Film Pulse Score

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Release Date: November 4, 2016
Director:  Scott Derrickson
MPAA Rating: PG-13
Run Time: 115 minutes

Marvel goes mystical in Doctor Strange and the addition of superhero sorcery provides a welcome change of pace in a cinematic universe that’s become much too uniform. Reality, along with architecture, is bent and folded Inception-style, with director Scott Derrickson and his effects team providing singular landscapes for comic book clashes. That said, the trippy visuals and thrilling wizardry can’t completely mask the all-too-familiar Marvel staples, including the hero’s arc and a villain who wishes to destroy the world as we know it because…well, because he’s got reasons.

Stephen Strange is a brilliant, arrogant surgeon who performs near-miracles in the operating room and cuts down associates with precise barbs – he’s sort of like the Tony Stark of neurosurgery. After a horrific accident in his very expensive sports car, the doctor loses the use of his hands. Medical methods to regain use of his instruments are ineffective, so Strange heads to Nepal after hearing a tale of magical healing. He quickly hooks up with Mordo (Chiwetel Ejiofor), who leads him to The Ancient One (Tilda Swinton), an Asian guru that looks a lot like a bald white woman. Strange studies the ways of the sorcerer and develops his skills, while The Ancient One’s former student Kaecilius (Mads Mikkelsen) works on conjuring Armageddon.

Doctor Strange tosses us right into the dimension-bending action with an epic kick-off battle between The Ancient One and Kaecilius. It’s a bold introduction to this new corner of the Marvel Universe made all the more stimulating by Michael Giacchino’s score, which sounds nothing like the typical people-in-spandex-punching-each-other background noise and sets a magisterial tone throughout the film.

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It’s a shame that after such an unexpected, exhilarating opening we get bogged down in origin story, starting with an examination of the flawed genius, followed by training, and then battle. Cumberbatch makes many of the machinations tolerable, balancing boundless pride with amiability. Ejiofor and Swinton are believable as supernatural warriors, and Swinton somehow manages to convey derision, melancholy, humor, and everything else through the use of a monotone inflection. Rachel McAdams pops up occasionally as Strange’s colleague and quasi-love interest and she’s able to make a bit of a character out of an underwritten role. I believe we see her out of the hospital and O.R. scrubs a grand total of one time for about thirty seconds. Benedict Wong steals scenes as the Kathmandu compound’s librarian, reacting to Strange’s taunts and explaining a lot of the wizarding world.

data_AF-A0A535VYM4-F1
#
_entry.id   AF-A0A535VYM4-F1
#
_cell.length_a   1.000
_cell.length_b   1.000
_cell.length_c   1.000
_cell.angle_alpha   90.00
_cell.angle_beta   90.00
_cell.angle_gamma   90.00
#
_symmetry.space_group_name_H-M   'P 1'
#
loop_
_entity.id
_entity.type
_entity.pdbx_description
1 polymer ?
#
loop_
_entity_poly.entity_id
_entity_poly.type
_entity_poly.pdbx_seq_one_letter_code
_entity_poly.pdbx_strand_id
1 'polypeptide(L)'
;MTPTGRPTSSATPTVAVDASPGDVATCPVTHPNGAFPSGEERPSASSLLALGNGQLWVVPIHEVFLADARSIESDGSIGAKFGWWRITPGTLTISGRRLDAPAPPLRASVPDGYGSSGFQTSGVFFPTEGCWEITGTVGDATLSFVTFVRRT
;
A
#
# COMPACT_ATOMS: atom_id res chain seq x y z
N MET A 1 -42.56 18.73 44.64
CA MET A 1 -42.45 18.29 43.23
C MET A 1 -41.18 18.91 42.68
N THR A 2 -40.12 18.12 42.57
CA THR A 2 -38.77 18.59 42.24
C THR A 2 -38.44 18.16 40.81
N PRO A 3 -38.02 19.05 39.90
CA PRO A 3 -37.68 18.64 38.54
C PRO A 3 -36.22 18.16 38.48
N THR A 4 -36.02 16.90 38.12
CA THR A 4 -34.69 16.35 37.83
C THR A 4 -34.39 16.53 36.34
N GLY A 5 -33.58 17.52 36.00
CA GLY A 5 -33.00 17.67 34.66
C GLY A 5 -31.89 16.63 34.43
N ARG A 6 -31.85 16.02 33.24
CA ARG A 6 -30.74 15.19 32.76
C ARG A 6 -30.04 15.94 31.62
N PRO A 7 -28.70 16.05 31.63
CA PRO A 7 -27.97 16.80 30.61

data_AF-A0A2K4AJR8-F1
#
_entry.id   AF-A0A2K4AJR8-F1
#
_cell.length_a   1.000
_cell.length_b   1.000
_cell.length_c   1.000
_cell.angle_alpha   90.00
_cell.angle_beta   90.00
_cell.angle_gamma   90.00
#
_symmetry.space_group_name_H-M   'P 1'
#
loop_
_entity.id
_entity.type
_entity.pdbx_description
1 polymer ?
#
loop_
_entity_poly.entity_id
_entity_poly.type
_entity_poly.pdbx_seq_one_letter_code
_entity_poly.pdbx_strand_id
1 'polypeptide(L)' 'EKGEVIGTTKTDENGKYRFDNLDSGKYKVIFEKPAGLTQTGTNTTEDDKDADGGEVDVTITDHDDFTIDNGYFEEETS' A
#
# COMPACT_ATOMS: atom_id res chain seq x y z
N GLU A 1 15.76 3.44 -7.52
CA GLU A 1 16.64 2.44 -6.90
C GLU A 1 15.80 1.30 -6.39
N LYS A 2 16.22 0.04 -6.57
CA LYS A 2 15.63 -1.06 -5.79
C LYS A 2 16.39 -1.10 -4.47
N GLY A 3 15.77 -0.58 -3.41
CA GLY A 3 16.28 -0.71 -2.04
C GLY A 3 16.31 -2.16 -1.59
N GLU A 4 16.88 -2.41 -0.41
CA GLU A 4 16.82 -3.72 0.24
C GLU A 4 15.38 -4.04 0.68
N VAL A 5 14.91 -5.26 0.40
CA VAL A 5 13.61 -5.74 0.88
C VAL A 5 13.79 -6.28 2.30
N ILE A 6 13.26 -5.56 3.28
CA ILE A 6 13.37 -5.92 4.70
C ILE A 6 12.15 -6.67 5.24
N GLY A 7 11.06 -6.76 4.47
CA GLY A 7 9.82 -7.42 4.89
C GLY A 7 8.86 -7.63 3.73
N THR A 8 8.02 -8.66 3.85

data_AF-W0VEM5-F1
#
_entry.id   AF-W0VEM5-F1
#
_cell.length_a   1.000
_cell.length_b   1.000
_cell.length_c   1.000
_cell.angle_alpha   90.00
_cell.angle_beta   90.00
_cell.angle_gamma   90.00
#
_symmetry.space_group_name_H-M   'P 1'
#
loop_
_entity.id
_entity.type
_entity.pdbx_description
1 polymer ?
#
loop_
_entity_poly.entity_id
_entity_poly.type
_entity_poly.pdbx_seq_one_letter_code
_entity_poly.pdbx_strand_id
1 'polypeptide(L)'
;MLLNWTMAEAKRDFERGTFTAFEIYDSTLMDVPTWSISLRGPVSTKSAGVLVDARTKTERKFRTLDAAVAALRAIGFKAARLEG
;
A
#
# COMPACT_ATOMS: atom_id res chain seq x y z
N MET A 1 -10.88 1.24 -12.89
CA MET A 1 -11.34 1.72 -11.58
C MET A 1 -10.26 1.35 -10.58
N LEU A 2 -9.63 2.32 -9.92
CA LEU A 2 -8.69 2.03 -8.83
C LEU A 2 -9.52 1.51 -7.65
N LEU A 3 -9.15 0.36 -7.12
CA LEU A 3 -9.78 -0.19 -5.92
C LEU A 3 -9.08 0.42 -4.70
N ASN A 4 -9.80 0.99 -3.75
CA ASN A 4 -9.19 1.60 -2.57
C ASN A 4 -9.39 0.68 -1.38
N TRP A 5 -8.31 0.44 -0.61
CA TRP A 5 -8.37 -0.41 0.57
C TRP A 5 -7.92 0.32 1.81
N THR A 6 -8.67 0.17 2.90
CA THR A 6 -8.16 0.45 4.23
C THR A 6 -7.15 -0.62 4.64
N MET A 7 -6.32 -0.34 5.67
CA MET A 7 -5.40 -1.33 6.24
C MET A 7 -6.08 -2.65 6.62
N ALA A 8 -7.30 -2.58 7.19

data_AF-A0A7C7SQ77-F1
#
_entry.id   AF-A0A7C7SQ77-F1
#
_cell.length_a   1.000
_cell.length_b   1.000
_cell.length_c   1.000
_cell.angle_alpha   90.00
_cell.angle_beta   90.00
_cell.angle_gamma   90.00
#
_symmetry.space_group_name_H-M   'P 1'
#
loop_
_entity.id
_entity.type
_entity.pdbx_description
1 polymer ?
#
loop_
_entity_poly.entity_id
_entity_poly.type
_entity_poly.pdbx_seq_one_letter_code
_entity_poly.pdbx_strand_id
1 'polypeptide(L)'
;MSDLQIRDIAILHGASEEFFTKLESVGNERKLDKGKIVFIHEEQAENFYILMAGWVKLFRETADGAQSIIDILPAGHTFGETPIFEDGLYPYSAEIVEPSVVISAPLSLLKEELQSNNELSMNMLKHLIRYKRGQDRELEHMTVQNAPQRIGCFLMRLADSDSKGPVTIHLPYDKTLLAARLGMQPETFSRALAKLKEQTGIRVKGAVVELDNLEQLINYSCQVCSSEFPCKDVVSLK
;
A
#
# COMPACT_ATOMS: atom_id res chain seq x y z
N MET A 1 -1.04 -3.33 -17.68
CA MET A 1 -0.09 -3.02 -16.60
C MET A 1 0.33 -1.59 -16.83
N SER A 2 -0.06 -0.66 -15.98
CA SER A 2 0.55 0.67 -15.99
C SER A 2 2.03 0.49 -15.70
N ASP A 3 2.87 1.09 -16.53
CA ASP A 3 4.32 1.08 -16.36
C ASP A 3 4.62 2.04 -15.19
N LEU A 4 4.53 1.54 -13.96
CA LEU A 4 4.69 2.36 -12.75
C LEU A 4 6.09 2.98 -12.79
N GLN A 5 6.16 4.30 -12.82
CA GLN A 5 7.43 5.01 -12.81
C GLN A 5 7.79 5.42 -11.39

Derrickson and his co-writers C. Robert Cargill and Jon Spaihts keep things light and well-paced, offsetting the dark, end of the world threat with consistent notes of humor. Right after Strange gets a hero shot with his newly acquired cape, it’s undercut by some bumbling physical comedy. Not all of the jokiness plays, however, like a running gag on Strange insisting that he be called “doctor” instead of “mister.”

Marvel's DOCTOR STRANGE Doctor Stephen Strange (Benedict Cumberbatch) Photo Credit: Film Frame  ©2016 Marvel. All Rights Reserved.
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A major accomplishment of the filmmakers is making all of the dense comic lingo and witchery tools understandable, even for the uninitiated.  The multiverse in the movie includes a mirror dimension (sort of like a Matrix for sorcerers where the Inception-y stuff happens), a dark dimension where the ultimate threat awaits, “sling rings” that open teleportation doorways, astral projection, and more. The ratio of explaining these things to showing them in cool ways is a good one.

And there are definitely some cool visuals. Digital set pieces are rich in detail and urge thorough examination as scenery twists, bends, and kaleidoscopes into something different. Strange’s (sorry, Doctor Strange’s) introduction to The Ancient One’s powers is gloriously psychedelic, and a climax that includes time manipulation is handled brilliantly. It’s even worth seeing in 3-D. Another nice thing about the ultimate battle is that it’s one of wits, mythos, and otherworldly powers, instead of two or more really strong people punching each other.

While Doctor Strange is an enjoyable and visually striking rarity for Marvel, it can’t completely shake the template. Now that would be some trick.